The flush of a toilet. The whirlpool in a sink drain. The channel of rainwater disappearing underground. Wastewater and stormwater infrastructure plays a critical role in the health and safety of our communities, but we don’t often notice it until something goes wrong.

That’s why the state of Michigan created the Stormwater, Asset Management and Wastewater (SAW) grant—a statewide program that helps local communities develop asset management plans for critical infrastructure.

One grant recipient, Northville Township, already had an extensive Esri ArcGIS system. However, they needed an effective way to track and report on their SAW grant activities. Northville selected Cityworks Online AMS and partnered with Ritter GIS, Inc, to implement the solution. The township quickly leveraged Cityworks’ capabilities and launched within a three-month timeframe.

The team defined work orders in the contracts module to monitor the overall progress of grant-related projects. They also defined labor, material and equipment rates to capture internal resource allocation for sewer cleaning and reimbursable SAW grant activities. As a result, the township easily and accurately reported on costs and expenses.

Some SAW grant activities, such as sewer televising and manhole inspection, involved several different contractors. Each contractor received a user login and customized inspection form. This system of engagement allowed contractors to report their observations from the field, providing instant results and alerting the township if additional repair or cleaning was required. Each vendor’s work also became associated with the asset in GIS, allowing for easy comparison of invoice amounts and completed activities.

“I am amazed how Cityworks brings so many different pieces together to provide our team with a complete view of the puzzle,” said Tom Casari, director of public services.

Beyond the Pipes

GIS-centric technologies have immediate applications beyond storm- and wastewater implementation, and the Northville Information Technology Department recognized the potential. Since the SAW implementation, the IT department has expanded Cityworks far beyond its initial scope.

For example, the Department of Public Services deployed Cityworks for facility maintenance, engineering, and water operations. The township integrated their utility billing system to track work orders for all metered services, allowing the customer service team to retrieve account information on site and in the field. Workers use mobile devices to report their observations and upload pictures of meter tags, which are automatically associated to the task and retrieved by the front office.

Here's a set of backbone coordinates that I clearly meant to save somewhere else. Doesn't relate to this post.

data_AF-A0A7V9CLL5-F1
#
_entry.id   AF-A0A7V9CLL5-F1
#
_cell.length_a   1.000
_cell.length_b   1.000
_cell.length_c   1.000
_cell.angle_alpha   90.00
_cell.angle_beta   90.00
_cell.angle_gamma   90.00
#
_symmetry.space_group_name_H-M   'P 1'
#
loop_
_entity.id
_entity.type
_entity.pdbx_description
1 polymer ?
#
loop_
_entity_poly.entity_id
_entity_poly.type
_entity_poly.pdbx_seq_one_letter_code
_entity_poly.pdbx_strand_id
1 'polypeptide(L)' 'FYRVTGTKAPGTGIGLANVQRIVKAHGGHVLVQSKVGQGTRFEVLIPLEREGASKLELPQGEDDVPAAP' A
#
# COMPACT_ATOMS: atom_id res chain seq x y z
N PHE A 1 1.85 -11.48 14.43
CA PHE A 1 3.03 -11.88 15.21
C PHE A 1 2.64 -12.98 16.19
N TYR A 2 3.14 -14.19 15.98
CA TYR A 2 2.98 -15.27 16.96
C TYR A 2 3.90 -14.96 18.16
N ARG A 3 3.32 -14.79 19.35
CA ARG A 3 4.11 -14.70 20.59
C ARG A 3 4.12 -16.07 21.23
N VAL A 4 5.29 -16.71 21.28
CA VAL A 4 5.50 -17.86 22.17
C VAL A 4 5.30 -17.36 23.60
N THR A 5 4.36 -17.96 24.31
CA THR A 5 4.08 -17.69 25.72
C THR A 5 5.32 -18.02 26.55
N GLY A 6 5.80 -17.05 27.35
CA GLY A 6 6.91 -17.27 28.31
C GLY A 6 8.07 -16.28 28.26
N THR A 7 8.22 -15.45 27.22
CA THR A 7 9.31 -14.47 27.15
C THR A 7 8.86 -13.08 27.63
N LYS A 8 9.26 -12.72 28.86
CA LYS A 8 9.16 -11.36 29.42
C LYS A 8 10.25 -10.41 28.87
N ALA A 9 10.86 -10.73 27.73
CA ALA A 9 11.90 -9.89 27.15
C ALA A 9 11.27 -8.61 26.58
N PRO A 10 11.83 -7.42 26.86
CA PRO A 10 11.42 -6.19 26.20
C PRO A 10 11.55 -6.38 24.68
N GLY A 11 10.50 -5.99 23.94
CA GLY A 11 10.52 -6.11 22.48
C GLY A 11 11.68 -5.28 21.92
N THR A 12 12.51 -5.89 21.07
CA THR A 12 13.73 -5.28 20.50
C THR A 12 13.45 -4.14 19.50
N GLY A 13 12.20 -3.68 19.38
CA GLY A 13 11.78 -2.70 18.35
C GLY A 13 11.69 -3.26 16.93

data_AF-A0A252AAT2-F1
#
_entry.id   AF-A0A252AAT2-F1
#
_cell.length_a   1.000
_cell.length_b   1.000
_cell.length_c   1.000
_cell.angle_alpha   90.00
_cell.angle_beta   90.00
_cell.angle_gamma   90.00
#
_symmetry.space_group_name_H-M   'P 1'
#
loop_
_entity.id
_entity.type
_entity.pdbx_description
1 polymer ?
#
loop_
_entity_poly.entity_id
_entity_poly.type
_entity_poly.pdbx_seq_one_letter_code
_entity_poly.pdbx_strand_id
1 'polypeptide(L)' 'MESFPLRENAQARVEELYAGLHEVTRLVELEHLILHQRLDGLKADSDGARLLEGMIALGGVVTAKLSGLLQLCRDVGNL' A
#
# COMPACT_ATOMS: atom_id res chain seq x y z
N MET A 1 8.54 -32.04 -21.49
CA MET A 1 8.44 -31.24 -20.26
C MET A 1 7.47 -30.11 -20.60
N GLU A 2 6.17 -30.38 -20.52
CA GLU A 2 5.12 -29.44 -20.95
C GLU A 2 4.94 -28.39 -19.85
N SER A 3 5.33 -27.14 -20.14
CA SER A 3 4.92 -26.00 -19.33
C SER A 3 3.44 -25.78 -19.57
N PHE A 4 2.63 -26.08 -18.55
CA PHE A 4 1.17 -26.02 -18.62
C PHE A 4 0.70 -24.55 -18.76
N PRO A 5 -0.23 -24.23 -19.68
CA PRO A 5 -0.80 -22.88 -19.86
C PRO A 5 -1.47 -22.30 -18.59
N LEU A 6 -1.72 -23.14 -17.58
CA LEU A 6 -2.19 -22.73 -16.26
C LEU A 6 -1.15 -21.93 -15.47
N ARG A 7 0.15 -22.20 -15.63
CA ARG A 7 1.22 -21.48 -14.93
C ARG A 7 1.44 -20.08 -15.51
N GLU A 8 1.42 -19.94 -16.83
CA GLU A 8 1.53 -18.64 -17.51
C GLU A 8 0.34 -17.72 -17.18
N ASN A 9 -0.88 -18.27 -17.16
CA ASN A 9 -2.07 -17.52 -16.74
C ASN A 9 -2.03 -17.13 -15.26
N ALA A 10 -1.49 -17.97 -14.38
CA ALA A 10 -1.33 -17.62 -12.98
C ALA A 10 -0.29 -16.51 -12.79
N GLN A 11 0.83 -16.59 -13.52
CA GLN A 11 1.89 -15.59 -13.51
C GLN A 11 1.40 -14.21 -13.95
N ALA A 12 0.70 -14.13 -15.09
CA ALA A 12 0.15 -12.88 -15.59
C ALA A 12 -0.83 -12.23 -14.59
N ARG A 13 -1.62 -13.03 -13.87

The facility maintenance team uses mobile devices to track repairs and ongoing maintenance in all township facilities—including extensive HVAC equipment. Township employees can submit facility requests through the app, and requests are routed for accurate time and material tracking. As they respond to each request, the maintenance team adds purchase and contractual costs to provide a thorough operational view.

The fire department developed custom templates to track all daily activities, from mutual aid and service runs to vehicle inspections and overtime hours. Activities once recorded across eight different files in Excel, Google Docs and Infopath are now available through a single access point with Cityworks. Even the IT department found a valuable use for GIS-centric technology. They use Cityworks to monitor help desk tickets and response times, and they implemented Storeroom for technology equipment inventory.

“Once we saw the power of GIS-centric technology, the capabilities seemed limitless,” said Shaun Nicoloff, director of information technology. “Cityworks has become an essential platform for our entire organization.”

Power to the People

Once township employees started using Cityworks and ArcGIS, it seemed only natural to engage the township’s single largest stakeholder group: its residents. In 2016, the township launched a citizen engagement application to provide residents and businesses with a quick and easy way to submit service requests. The app is integrated with the Cityworks Service Request API, which automatically generates requests in Cityworks.

What began as a targeted effort to manage vital water systems has evolved into a community-wide initiative. By adopting GIS-centric solutions across a broad range of departments, Northville found new ways to efficiently manage public services—all while better serving its residents and businesses.

By Doug Ritter, GISP, Ritter GIS


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